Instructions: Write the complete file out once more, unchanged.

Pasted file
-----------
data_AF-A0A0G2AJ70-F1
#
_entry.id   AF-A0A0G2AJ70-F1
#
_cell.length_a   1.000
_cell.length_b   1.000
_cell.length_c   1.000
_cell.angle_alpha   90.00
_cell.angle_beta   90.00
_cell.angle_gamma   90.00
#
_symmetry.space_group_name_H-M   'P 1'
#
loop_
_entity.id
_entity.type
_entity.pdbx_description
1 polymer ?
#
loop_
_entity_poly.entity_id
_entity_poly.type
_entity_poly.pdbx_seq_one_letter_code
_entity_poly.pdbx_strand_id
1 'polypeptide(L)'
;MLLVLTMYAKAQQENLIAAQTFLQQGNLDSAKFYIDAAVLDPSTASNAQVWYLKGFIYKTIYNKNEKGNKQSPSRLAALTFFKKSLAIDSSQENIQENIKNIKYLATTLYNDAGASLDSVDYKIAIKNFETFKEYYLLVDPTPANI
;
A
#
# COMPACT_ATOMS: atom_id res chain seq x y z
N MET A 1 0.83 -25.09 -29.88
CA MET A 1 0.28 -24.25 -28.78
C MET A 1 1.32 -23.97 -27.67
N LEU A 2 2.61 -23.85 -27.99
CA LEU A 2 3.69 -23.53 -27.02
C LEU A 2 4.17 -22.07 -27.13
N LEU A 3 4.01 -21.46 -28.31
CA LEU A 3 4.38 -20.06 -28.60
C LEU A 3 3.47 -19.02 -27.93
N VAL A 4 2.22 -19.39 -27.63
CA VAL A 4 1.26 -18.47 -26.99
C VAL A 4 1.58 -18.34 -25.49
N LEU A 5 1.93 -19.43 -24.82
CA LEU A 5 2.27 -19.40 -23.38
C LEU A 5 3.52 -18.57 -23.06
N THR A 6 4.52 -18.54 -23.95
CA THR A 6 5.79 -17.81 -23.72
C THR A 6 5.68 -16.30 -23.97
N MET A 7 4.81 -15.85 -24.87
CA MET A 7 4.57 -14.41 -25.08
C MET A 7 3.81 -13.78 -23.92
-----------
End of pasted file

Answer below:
data_AF-A0A0G2AJ70-F1
#
_entry.id   AF-A0A0G2AJ70-F1
#
_cell.length_a   1.000
_cell.length_b   1.000
_cell.length_c   1.000
_cell.angle_alpha   90.00
_cell.angle_beta   90.00
_cell.angle_gamma   90.00
#
_symmetry.space_group_name_H-M   'P 1'
#
loop_
_entity.id
_entity.type
_entity.pdbx_description
1 polymer ?
#
loop_
_entity_poly.entity_id
_entity_poly.type
_entity_poly.pdbx_seq_one_letter_code
_entity_poly.pdbx_strand_id
1 'polypeptide(L)'
;MLLVLTMYAKAQQENLIAAQTFLQQGNLDSAKFYIDAAVLDPSTASNAQVWYLKGFIYKTIYNKNEKGNKQSPSRLAALTFFKKSLAIDSSQENIQENIKNIKYLATTLYNDAGASLDSVDYKIAIKNFETFKEYYLLVDPTPANI
;
A
#
# COMPACT_ATOMS: atom_id res chain seq x y z
N MET A 1 0.83 -25.09 -29.88
CA MET A 1 0.28 -24.25 -28.78
C MET A 1 1.32 -23.97 -27.67
N LEU A 2 2.61 -23.85 -27.99
CA LEU A 2 3.69 -23.53 -27.02
C LEU A 2 4.17 -22.07 -27.13
N LEU A 3 4.01 -21.46 -28.31
CA LEU A 3 4.38 -20.06 -28.60
C LEU A 3 3.47 -19.02 -27.93
N VAL A 4 2.22 -19.39 -27.63
CA VAL A 4 1.26 -18.47 -26.99
C VAL A 4 1.58 -18.34 -25.49
N LEU A 5 1.93 -19.43 -24.82
CA LEU A 5 2.27 -19.40 -23.38
C LEU A 5 3.52 -18.57 -23.06
N THR A 6 4.52 -18.54 -23.95
CA THR A 6 5.79 -17.81 -23.72
C THR A 6 5.68 -16.30 -23.97
N MET A 7 4.81 -15.85 -24.87
CA MET A 7 4.57 -14.41 -25.08
C MET A 7 3.81 -13.78 -23.92